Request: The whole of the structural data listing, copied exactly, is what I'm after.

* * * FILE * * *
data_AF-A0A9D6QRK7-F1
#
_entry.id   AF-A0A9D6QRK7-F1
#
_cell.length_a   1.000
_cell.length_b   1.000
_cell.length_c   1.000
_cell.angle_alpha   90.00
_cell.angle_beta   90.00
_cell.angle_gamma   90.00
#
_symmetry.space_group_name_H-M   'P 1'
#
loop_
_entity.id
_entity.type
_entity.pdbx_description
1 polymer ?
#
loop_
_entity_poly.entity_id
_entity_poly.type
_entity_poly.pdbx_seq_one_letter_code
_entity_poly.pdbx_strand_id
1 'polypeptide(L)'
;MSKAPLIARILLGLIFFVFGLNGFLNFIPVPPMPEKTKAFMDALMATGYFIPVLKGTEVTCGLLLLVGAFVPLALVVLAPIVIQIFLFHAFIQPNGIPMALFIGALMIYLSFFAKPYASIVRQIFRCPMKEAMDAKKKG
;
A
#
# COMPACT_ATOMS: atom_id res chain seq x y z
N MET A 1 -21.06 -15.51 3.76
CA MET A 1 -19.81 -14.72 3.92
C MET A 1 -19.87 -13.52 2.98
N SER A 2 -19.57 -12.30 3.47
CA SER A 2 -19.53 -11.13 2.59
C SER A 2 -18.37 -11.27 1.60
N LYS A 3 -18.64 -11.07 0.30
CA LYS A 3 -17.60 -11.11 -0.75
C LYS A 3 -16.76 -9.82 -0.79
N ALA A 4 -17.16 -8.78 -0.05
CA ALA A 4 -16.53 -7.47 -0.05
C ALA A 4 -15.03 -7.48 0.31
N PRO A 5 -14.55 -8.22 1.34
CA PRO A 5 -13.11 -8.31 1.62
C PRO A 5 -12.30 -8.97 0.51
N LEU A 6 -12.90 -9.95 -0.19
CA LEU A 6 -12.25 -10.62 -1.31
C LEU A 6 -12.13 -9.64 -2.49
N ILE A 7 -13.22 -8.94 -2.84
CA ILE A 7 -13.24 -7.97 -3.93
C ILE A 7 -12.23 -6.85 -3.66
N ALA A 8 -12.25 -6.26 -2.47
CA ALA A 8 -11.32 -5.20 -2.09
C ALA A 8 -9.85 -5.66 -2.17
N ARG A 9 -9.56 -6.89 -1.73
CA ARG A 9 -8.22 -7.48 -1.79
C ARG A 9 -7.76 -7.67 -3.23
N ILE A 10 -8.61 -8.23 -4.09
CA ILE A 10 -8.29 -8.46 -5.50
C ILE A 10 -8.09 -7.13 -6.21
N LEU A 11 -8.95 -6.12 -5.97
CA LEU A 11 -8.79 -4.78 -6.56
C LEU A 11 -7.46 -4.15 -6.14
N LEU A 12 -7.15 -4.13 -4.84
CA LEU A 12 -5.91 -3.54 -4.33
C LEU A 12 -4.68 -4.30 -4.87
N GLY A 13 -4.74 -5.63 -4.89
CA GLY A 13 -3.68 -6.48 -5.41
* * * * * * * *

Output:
data_AF-A0A9D6QRK7-F1
#
_entry.id   AF-A0A9D6QRK7-F1
#
_cell.length_a   1.000
_cell.length_b   1.000
_cell.length_c   1.000
_cell.angle_alpha   90.00
_cell.angle_beta   90.00
_cell.angle_gamma   90.00
#
_symmetry.space_group_name_H-M   'P 1'
#
loop_
_entity.id
_entity.type
_entity.pdbx_description
1 polymer ?
#
loop_
_entity_poly.entity_id
_entity_poly.type
_entity_poly.pdbx_seq_one_letter_code
_entity_poly.pdbx_strand_id
1 'polypeptide(L)'
;MSKAPLIARILLGLIFFVFGLNGFLNFIPVPPMPEKTKAFMDALMATGYFIPVLKGTEVTCGLLLLVGAFVPLALVVLAPIVIQIFLFHAFIQPNGIPMALFIGALMIYLSFFAKPYASIVRQIFRCPMKEAMDAKKKG
;
A
#
# COMPACT_ATOMS: atom_id res chain seq x y z
N MET A 1 -21.06 -15.51 3.76
CA MET A 1 -19.81 -14.72 3.92
C MET A 1 -19.87 -13.52 2.98
N SER A 2 -19.57 -12.30 3.47
CA SER A 2 -19.53 -11.13 2.59
C SER A 2 -18.37 -11.27 1.60
N LYS A 3 -18.64 -11.07 0.30
CA LYS A 3 -17.60 -11.11 -0.75
C LYS A 3 -16.76 -9.82 -0.79
N ALA A 4 -17.16 -8.78 -0.05
CA ALA A 4 -16.53 -7.47 -0.05
C ALA A 4 -15.03 -7.48 0.31
N PRO A 5 -14.55 -8.22 1.34
CA PRO A 5 -13.11 -8.31 1.62
C PRO A 5 -12.30 -8.97 0.51
N LEU A 6 -12.90 -9.95 -0.19
CA LEU A 6 -12.25 -10.62 -1.31
C LEU A 6 -12.13 -9.64 -2.49
N ILE A 7 -13.22 -8.94 -2.84
CA ILE A 7 -13.24 -7.97 -3.93
C ILE A 7 -12.23 -6.85 -3.66
N ALA A 8 -12.25 -6.26 -2.47
CA ALA A 8 -11.32 -5.20 -2.09
C ALA A 8 -9.85 -5.66 -2.17
N ARG A 9 -9.56 -6.89 -1.73
CA ARG A 9 -8.22 -7.48 -1.79
C ARG A 9 -7.76 -7.67 -3.23
N ILE A 10 -8.61 -8.23 -4.09
CA ILE A 10 -8.29 -8.46 -5.50
C ILE A 10 -8.09 -7.13 -6.21
N LEU A 11 -8.95 -6.12 -5.97
CA LEU A 11 -8.79 -4.78 -6.56
C LEU A 11 -7.46 -4.15 -6.14
N LEU A 12 -7.15 -4.13 -4.84
CA LEU A 12 -5.91 -3.54 -4.33
C LEU A 12 -4.68 -4.30 -4.87
N GLY A 13 -4.74 -5.63 -4.89
CA GLY A 13 -3.68 -6.48 -5.41